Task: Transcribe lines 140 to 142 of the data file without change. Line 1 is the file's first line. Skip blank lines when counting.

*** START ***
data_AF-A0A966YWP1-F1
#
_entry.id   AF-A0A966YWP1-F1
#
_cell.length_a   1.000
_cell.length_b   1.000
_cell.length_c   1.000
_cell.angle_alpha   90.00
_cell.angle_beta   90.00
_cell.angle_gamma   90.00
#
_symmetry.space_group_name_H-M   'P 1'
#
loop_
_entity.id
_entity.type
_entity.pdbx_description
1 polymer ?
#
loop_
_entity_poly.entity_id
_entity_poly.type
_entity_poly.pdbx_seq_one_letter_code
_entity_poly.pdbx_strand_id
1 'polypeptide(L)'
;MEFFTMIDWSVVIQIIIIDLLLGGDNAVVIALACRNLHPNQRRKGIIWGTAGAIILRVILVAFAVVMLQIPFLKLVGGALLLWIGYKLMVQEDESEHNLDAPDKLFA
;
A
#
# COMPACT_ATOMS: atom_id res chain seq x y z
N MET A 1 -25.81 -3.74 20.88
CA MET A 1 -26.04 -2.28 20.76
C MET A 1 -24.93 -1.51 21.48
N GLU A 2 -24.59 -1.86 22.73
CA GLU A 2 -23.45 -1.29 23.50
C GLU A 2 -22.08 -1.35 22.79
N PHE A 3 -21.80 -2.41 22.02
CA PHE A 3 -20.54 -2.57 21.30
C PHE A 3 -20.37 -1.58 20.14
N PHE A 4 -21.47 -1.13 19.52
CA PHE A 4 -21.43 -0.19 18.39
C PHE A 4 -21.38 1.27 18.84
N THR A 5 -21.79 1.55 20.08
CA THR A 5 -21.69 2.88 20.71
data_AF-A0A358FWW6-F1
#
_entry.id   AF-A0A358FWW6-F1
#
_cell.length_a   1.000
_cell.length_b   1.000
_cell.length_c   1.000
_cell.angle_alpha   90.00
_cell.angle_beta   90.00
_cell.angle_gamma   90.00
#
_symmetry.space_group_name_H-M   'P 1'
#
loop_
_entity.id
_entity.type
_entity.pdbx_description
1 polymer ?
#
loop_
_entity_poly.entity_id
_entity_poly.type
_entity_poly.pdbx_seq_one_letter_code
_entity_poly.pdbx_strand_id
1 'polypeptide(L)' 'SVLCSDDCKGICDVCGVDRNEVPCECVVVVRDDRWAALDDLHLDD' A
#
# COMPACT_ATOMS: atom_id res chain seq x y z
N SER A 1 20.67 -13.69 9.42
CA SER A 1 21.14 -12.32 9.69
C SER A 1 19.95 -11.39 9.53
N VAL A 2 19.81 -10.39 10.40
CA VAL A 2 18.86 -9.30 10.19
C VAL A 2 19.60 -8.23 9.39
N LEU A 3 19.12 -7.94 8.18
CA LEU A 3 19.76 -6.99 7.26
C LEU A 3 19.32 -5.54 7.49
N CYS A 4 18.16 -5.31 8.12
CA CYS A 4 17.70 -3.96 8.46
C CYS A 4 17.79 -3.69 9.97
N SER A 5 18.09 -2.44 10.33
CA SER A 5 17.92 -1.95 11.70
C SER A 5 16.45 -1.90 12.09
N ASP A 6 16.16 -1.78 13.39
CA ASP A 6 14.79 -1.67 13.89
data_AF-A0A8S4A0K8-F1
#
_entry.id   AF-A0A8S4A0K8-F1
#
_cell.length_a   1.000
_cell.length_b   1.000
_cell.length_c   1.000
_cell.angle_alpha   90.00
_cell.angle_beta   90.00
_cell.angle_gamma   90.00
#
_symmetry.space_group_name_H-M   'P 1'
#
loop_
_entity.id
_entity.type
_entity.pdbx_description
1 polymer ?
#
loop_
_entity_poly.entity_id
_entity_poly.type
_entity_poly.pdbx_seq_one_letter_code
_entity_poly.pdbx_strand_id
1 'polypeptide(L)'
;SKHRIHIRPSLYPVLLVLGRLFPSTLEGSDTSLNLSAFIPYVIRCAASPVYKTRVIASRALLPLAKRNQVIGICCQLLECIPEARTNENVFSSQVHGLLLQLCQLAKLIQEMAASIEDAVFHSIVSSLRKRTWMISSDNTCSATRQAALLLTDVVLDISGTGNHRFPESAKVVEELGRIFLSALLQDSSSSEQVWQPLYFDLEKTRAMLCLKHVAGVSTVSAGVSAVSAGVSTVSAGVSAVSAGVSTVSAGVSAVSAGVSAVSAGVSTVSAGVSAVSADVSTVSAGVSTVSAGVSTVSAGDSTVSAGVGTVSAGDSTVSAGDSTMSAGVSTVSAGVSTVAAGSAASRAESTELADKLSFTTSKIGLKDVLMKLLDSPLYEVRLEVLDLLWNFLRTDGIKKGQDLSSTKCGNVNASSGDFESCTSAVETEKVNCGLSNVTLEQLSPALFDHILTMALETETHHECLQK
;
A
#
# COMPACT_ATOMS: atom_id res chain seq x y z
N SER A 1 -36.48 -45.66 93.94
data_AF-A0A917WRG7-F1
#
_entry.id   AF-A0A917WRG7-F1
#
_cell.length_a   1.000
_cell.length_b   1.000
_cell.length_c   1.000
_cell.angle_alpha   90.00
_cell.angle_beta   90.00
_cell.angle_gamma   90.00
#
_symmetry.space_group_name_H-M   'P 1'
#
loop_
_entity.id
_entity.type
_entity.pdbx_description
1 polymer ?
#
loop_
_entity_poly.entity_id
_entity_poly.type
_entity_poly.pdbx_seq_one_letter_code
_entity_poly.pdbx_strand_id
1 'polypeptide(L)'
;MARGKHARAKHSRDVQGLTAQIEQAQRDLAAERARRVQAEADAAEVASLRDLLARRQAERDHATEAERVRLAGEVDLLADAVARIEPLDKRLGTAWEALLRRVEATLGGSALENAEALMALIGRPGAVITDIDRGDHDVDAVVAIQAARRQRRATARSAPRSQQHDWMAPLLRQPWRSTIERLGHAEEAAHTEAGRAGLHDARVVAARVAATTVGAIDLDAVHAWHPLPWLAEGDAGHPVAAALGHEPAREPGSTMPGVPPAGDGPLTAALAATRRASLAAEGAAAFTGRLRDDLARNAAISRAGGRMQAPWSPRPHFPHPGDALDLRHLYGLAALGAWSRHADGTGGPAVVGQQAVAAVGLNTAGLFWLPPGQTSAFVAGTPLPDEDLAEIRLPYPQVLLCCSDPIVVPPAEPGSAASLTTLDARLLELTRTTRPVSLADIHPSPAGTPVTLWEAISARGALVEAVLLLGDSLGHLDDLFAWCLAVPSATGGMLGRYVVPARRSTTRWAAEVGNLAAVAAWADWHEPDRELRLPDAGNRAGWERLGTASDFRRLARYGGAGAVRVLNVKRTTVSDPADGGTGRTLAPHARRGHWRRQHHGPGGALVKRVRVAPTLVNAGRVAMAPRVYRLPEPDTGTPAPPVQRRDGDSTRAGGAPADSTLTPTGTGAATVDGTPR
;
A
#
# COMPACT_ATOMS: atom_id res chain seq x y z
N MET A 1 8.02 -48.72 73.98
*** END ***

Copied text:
_entity_poly.entity_id
_entity_poly.type
_entity_poly.pdbx_seq_one_letter_code